Related to the standing collar and the ruff, the whisk was an especially stiff and ornate neck decoration worn during the first decades of the seventeenth century. Like many fashion trends of this period, the whisk originated in Spain, and evolved from the golilla. The golilla was a collar of stiffened fabric or cardboard that was trimmed in lace and worn with another fabric collar. Adapted for use in England, Germany, and Flanders (present-day Belgium and Netherlands), the whisk was a wide standing collar that was often held in place by a wire framework and made of ornate lace or scalloped fabric. The whisk was rounded in back of the head and had a straight edge that stood over either shoulder.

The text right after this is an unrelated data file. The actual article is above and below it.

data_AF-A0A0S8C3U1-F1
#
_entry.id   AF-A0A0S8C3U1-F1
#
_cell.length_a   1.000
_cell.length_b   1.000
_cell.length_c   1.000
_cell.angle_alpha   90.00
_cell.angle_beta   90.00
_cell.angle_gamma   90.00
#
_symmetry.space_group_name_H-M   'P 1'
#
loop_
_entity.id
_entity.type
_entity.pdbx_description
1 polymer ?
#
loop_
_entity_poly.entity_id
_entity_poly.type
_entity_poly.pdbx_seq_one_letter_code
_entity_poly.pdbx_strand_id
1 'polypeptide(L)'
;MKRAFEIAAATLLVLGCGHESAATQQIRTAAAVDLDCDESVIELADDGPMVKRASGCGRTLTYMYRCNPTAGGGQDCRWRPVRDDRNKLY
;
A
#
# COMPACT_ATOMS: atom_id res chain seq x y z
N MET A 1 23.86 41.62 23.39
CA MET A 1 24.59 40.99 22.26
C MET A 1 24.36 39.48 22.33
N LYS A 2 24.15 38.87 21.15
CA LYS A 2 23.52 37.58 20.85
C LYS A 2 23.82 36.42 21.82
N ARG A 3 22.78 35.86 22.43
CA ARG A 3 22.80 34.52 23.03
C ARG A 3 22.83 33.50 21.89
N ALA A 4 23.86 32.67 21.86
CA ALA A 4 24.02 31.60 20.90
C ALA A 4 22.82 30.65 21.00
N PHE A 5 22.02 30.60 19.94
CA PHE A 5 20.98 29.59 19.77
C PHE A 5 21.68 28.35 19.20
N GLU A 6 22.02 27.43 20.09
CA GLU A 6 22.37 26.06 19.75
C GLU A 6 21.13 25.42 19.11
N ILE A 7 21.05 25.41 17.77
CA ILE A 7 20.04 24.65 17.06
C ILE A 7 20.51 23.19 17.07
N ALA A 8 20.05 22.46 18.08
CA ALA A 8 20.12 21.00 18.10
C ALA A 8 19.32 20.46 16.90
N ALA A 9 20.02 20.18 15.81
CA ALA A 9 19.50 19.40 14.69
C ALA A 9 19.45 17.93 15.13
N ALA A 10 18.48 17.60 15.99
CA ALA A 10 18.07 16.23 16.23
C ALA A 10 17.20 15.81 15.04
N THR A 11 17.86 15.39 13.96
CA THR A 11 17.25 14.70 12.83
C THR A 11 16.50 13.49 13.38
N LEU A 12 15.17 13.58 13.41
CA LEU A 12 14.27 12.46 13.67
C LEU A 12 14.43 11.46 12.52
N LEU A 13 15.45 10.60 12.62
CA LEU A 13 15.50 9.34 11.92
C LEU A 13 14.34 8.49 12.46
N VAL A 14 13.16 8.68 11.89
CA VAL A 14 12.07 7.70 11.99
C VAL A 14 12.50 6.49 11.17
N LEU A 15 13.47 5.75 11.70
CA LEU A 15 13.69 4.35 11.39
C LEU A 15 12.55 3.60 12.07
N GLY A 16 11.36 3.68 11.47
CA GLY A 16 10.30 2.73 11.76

Ornate almost to the point of excess, whisks represented the high point of the late-sixteenth and early-seventeenth-century trend toward ornament. They made moving the head uncomfortable, and were often worn with another collar, adding to the difficulty. By midcentury they had been replaced by the more practical standing and falling bands.


Payne, Blanche, Geitel Winakor, and Jane Farrell-Beck. The History of Costume. 2nd ed. New York: HarperCollins, 1992.

Yarwood, Doreen. The Encyclopedia of World Costume. New York: Charles Scribner's Sons, 1978.

[ See also Volume 3, Seventeenth Century: Falling and Standing Bands ]

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